Stars ablaze on stellar third record
Matthew Solarski | Thursday, March 3, 2005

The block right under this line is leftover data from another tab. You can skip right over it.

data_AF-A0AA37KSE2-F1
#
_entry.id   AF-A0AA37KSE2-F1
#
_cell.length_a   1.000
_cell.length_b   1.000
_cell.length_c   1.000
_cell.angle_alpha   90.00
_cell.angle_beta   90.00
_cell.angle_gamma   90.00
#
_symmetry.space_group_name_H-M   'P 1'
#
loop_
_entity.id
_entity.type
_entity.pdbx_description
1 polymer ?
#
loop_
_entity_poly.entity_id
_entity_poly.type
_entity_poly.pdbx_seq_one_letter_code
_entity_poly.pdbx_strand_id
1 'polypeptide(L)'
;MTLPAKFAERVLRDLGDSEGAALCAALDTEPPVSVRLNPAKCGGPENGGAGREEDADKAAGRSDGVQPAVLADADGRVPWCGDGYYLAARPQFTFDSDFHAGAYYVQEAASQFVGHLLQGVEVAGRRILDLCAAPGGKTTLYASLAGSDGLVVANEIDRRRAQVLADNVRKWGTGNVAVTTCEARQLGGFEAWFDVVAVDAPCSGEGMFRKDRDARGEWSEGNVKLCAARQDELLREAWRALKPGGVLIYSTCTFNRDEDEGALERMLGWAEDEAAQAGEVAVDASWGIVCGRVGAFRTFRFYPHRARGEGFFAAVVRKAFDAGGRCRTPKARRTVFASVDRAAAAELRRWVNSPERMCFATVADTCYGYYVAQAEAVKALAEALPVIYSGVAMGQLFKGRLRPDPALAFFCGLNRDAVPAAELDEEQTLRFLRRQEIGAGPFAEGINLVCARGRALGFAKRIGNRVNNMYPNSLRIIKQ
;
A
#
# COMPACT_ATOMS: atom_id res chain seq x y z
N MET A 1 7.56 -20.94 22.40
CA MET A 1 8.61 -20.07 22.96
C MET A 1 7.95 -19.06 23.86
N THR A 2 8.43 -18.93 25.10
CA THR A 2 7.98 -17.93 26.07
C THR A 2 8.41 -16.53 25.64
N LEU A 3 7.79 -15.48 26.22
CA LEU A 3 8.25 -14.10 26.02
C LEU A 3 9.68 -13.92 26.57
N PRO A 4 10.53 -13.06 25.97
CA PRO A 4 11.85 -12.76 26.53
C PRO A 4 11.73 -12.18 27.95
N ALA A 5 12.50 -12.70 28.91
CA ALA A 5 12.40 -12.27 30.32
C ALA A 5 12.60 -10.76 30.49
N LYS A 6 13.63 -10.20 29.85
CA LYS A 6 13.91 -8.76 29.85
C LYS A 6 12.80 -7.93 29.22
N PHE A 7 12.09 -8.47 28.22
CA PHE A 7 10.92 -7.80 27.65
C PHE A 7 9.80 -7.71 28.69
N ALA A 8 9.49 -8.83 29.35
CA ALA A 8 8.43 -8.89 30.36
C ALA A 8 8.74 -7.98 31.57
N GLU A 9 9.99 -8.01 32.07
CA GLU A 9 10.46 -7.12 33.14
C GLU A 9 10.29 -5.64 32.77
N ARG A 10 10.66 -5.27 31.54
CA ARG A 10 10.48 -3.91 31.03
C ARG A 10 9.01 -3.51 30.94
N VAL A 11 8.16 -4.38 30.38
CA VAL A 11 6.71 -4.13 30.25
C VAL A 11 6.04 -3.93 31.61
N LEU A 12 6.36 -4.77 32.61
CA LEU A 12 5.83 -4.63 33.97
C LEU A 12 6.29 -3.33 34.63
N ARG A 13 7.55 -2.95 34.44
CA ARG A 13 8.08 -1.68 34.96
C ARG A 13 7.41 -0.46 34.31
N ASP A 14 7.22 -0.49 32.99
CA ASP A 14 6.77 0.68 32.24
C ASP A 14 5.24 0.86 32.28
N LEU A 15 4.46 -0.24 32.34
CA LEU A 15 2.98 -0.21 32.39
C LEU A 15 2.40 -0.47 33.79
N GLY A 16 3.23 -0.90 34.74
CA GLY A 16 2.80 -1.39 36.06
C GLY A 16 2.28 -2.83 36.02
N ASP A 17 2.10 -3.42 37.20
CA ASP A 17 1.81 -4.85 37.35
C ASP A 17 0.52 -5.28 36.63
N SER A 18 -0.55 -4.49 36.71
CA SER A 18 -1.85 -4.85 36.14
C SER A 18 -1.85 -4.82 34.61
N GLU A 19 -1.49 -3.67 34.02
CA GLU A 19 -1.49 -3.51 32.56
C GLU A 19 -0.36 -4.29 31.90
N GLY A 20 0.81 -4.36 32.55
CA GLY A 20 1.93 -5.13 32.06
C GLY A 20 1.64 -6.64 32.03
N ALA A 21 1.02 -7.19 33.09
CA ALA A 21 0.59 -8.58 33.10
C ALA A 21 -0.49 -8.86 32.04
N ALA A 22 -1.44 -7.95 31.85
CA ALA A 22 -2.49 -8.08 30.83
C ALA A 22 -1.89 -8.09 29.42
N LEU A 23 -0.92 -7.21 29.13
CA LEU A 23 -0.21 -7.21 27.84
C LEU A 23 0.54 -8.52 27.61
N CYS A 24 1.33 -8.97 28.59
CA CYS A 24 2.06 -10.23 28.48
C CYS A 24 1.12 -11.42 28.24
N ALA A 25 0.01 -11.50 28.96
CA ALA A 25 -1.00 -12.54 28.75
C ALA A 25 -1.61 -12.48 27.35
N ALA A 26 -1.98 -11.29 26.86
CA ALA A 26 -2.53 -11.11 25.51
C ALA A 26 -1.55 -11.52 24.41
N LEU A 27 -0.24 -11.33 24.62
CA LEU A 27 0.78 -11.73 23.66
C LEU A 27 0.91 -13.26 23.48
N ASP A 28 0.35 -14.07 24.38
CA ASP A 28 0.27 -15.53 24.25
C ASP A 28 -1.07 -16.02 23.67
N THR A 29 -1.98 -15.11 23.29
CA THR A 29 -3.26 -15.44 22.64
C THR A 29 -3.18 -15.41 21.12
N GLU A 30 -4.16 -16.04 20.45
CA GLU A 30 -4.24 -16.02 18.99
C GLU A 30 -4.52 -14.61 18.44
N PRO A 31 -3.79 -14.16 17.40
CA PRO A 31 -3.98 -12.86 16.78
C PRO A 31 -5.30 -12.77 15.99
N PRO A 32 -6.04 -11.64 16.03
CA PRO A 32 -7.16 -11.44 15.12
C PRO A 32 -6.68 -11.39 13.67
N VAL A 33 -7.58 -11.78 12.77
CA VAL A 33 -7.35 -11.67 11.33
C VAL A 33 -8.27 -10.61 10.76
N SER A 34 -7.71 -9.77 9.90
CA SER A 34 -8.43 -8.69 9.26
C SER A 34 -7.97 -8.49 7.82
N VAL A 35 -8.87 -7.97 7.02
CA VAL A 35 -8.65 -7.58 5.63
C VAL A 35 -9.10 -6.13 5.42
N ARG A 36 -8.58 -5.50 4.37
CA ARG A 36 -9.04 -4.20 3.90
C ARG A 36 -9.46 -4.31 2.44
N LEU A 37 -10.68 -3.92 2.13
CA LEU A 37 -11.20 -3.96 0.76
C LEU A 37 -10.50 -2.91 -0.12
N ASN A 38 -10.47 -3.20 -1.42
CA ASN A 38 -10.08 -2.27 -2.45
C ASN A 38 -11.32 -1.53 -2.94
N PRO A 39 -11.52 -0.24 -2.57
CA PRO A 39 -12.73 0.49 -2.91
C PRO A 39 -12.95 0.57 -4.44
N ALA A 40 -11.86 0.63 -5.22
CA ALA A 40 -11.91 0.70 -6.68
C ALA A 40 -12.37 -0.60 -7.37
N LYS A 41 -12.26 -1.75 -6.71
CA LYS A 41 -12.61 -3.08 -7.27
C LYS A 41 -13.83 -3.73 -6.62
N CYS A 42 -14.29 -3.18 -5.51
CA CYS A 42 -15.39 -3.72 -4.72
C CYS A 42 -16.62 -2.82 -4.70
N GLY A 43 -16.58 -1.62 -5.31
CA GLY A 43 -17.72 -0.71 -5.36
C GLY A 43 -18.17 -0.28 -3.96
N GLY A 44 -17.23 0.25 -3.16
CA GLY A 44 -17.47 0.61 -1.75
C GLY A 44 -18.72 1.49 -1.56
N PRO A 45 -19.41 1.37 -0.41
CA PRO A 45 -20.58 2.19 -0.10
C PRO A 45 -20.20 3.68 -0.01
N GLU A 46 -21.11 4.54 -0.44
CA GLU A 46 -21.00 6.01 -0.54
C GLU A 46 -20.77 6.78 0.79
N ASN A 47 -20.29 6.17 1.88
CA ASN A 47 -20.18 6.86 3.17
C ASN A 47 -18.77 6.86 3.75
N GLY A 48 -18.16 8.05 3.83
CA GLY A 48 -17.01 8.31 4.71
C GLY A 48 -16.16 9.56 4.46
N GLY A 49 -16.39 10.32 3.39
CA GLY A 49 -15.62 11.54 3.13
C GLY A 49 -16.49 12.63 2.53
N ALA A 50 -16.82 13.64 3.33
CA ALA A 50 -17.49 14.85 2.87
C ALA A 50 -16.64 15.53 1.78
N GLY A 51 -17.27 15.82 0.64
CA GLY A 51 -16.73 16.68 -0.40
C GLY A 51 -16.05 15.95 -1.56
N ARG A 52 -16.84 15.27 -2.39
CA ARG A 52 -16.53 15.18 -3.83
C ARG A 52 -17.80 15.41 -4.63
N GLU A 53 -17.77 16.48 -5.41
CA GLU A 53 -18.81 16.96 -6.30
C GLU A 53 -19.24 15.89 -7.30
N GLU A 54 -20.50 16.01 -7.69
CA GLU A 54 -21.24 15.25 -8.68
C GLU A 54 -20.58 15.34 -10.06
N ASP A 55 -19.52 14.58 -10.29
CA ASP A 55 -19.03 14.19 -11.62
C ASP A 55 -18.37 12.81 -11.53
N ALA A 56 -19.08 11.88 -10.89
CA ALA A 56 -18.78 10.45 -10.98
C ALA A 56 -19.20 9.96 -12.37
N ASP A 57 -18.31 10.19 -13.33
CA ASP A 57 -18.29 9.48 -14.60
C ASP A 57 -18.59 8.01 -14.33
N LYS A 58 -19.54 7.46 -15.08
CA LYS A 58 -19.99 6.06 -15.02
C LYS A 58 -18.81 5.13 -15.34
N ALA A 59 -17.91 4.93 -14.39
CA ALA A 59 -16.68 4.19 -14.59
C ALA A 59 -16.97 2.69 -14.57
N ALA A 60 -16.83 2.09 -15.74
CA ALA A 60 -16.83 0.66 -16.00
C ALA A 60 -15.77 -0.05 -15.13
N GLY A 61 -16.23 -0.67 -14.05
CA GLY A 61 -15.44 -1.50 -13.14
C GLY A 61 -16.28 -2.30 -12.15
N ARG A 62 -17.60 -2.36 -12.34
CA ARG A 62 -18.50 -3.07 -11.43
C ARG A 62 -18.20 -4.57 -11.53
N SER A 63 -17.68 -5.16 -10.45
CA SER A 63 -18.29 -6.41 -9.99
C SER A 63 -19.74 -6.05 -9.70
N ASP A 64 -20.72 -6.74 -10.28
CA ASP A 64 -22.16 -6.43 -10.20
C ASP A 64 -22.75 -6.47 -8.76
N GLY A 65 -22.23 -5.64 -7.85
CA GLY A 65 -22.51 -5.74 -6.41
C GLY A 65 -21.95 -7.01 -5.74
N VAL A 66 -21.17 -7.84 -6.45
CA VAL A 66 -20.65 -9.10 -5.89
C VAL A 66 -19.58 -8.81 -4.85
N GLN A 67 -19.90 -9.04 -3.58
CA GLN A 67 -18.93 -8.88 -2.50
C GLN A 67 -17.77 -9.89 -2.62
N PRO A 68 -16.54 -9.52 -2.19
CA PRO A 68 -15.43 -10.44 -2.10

Stars, a Montreal-based electro-pop band, by nature possess a multitude of extraordinary properties. In the fine tradition of Pixies, Liars, Panthers, Oxes and Owls, defy the definite article. The quartet, comprised of vocalist/keyboardist Torquil Campbell, vocalist/guitarist Amy Millan and multi-instrumentalists Evan Cranley and Chris Seligman, seems to shine exponentially brighter with each successive release. “Set Yourself on Fire” proves to be the combo’s most accomplished release to date, brimming with the warmest of harmonies, the most infectious of melodies and near peerless production.Stars entrance. Beginning with the mesmerizing opener, “Your Ex-Lover Is Dead,” Stars exerts a hold over the listener’s heart, with swelling strings underscoring Amy Millan’s frost-tinged, angelic vocals. Millan’s proclamation, “I’m not sorry there’s nothing to save,” subtly becomes “I’m not sorry; there’s nothing to save” just as the strings and drums rise to climax. “Ageless Beauty,” much like “Elevator Love Letter,” from Stars’ previous effort, immediately casts its spell over the listener and holds the room in trance for all of its four glorious minutes.Stars illuminate. The lyrical leap made by Campbell and company since their 2001 debut “Nightsongs” is easily their most stunning advancement. Here, Campbell and Millan deftly illustrate the proverbial ins and outs of love, life and current affairs with impeccable flair and sensitivity. On the down-tempo duet “The Big Fight,” the two trade vocals in a bedside dialogue, then align in lovely harmony. The charming “The First Five Times” is a wistful account of just that – the “first time,” euphemistically speaking, and the four thereafter, until “finally we rested.” Venture too close and Stars is apt to burn, as on the chilling “He Lied About Death,” a scathing invective against the sitting U.S. president. This jaw-dropping number showcases Stars at its most fiercely political, at one point rebuking the man in question as the “the shadow of fear.” Perhaps more efficacious is “Celebration Guns,” which trades on the cruel irony inherent in the titular phrase. Here, Millan asks, “How will you know your enemy? By their color or your fear?” to the tune of pensive strings and percussion made to sound like cannon fire. Of war’s casualties, she probes, “are the beating drums / celebration guns / the thunder and the laughter / the last thing they remember?”Amusingly, Stars too embody many of the same qualities commonly associated with stars of the sort born in Hollywood. The personalities of Campbell and Millan impress themselves indelibly upon the listener. The songs here exude an unmistakable charisma, and manage to be instantly catchy while begging repeat listens – indeed, only then do these pop confections reveal their true sophistication.Stars’ star is one that continues to rise. The quartet just garnered a Juno nomination for “Set Yourself on Fire” (the Junos being eons more astute than its stateside counterpart, the Grammys), and “The OC” and “Cosmo Girl” invariably loom on the horizon for these pop parvenus. For now, Stars has light-years of warmth to share with the lovelorn who gaze perennially skyward.